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Dawoodoz

R&D State-of-art in real-time software rendering?

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Now that my real-time software renderer is almost complete after many years, I'm finding it difficult to research the current state-of-art in the area to compare performance. Most other software renderers I've found are either non-released hobby projects, slow emulations of GPUs with all their limitations or targeting very old CPUs from the 1990s. Best so far was a near-real-time CPU ray-tracing experiment by Intel around year 2004 ac.

Feel free to share any progress you've made on the research subject or interesting real-time software renderers you've found. With real-time, I mean at least 60 FPS in a reasonable resolution for the intended purpose. With software, I mean no dependencies on Direct3D, OpenGL, OpenCL, Vulkan nor Metal.

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Well the WARP adapter in D3D11 is pure software as far as I know. Of course, that falls into the area of GPU emulations I guess. I don't think that anybody has put in any serious effort into software rasterizers. Or are we talking about any kind of renderer here? Most (all?) software raytracers are geard towards the best possible image quality and pay multi-hour rendering times per frame as the price. I'm thinking of Arnold, RenderMan, and so on. Other than that, the preview renderers are pretty fast most of the time. However, rasterizers haven't been done in software for a long time for a good reason. Even the cheapest Intel chip has an IGPU.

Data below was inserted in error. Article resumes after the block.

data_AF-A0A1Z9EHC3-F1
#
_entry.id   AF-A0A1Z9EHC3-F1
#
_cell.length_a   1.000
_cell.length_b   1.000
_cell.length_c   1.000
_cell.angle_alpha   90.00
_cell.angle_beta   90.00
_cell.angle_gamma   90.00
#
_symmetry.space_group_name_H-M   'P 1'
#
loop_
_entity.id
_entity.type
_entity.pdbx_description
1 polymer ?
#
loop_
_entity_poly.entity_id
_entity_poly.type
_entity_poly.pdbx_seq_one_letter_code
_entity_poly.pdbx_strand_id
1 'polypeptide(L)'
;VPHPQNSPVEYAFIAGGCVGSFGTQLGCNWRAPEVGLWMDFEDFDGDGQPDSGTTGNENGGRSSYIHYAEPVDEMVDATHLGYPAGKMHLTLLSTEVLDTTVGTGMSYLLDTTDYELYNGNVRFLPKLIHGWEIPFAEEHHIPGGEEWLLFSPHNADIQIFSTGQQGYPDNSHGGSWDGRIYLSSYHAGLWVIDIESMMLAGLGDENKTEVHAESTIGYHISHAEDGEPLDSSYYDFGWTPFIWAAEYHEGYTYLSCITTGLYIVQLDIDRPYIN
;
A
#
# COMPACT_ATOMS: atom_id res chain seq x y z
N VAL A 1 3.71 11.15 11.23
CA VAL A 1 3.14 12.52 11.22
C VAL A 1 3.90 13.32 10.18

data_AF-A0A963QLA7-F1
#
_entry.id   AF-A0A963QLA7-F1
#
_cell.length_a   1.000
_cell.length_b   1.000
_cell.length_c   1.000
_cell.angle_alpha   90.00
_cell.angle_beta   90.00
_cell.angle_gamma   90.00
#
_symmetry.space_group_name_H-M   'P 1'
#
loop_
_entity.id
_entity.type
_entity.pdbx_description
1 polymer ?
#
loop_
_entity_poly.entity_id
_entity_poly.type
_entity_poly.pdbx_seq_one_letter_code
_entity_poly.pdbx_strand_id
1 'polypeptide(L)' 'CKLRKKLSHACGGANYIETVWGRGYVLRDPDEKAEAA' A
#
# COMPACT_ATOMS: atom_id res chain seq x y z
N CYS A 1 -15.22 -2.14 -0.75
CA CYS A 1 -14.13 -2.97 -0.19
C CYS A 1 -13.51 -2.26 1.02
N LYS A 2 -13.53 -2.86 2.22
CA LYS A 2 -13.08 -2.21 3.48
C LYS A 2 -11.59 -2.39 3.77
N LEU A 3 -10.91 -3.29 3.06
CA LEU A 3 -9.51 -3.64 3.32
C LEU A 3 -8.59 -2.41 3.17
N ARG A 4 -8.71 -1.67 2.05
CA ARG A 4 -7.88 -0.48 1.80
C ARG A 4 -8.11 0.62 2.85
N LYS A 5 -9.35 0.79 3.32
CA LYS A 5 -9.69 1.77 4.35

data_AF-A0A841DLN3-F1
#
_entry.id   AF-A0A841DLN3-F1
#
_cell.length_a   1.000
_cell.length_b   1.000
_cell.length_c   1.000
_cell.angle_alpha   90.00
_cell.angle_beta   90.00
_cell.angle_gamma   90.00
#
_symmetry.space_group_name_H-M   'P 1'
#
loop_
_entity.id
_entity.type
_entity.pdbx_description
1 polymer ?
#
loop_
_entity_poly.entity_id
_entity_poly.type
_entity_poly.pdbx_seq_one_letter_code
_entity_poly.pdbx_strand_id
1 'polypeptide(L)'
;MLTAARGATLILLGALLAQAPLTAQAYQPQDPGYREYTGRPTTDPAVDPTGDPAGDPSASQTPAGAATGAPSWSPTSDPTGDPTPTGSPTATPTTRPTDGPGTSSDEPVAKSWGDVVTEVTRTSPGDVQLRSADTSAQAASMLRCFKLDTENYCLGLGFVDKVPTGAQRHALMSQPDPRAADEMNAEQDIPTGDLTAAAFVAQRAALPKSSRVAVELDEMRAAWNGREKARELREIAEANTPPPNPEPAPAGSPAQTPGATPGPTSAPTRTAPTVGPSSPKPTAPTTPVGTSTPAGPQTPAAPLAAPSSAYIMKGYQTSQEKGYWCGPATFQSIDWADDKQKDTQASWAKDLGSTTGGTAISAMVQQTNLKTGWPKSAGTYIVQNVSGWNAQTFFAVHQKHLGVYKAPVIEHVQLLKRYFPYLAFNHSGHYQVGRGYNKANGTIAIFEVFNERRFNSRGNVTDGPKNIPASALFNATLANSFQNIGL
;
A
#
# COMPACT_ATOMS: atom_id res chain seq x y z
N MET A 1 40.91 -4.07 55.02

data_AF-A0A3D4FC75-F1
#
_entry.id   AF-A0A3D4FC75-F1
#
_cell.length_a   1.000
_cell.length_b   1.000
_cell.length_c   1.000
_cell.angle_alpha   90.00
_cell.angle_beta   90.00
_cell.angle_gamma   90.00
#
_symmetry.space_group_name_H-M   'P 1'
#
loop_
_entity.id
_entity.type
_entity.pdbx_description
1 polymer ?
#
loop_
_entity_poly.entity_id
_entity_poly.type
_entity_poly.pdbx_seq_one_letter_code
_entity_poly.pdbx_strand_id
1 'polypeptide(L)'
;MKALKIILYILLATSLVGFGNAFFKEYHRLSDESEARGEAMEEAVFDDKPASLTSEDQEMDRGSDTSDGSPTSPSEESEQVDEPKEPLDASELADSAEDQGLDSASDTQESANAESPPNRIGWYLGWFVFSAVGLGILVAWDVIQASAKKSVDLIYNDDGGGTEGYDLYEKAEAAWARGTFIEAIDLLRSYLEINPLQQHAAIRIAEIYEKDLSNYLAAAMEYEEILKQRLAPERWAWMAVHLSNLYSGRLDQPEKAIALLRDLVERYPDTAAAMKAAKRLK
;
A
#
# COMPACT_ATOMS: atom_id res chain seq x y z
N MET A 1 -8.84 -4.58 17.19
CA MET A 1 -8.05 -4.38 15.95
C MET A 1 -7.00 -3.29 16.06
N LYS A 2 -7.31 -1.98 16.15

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44 minutes ago, Batzer said:

However, rasterizers haven't been done in software for a long time for a good reason. Even the cheapest Intel chip has an IGPU.

You have a valid point for AAA games on Windows and Macintosh, but all systems don't have a well behaved graphic drivers. Some indie developers just want their graphics to look the same on each plaftorm instead of wondering why their OpenGL shaders won't compile on 12 out of 30 targeted graphics drivers, leaks memory (Nvidia drivers), produces random noise from integer addition (Nexus) or gives black seams in the 2D overlays (reference OpenGL). Going around OpenGL driver bugs on Android used to be my never ending full-time job as a firmware developer because all systems don't have Vulkan drivers. Even if you let someone else do it for you, bugs will creep in when the software gets old because there is no safe sub-set of the graphics API when bugs are everywhere and hardware vendors argue about how to interpret the OpenGL specification. So if software rendering can be fast enough with Direct3D's quality of deterministic graphics, it would mean a lot for cross-platform portability and long-time quality of indie games that don't need the insane overkill amount of performance in a modern GPU.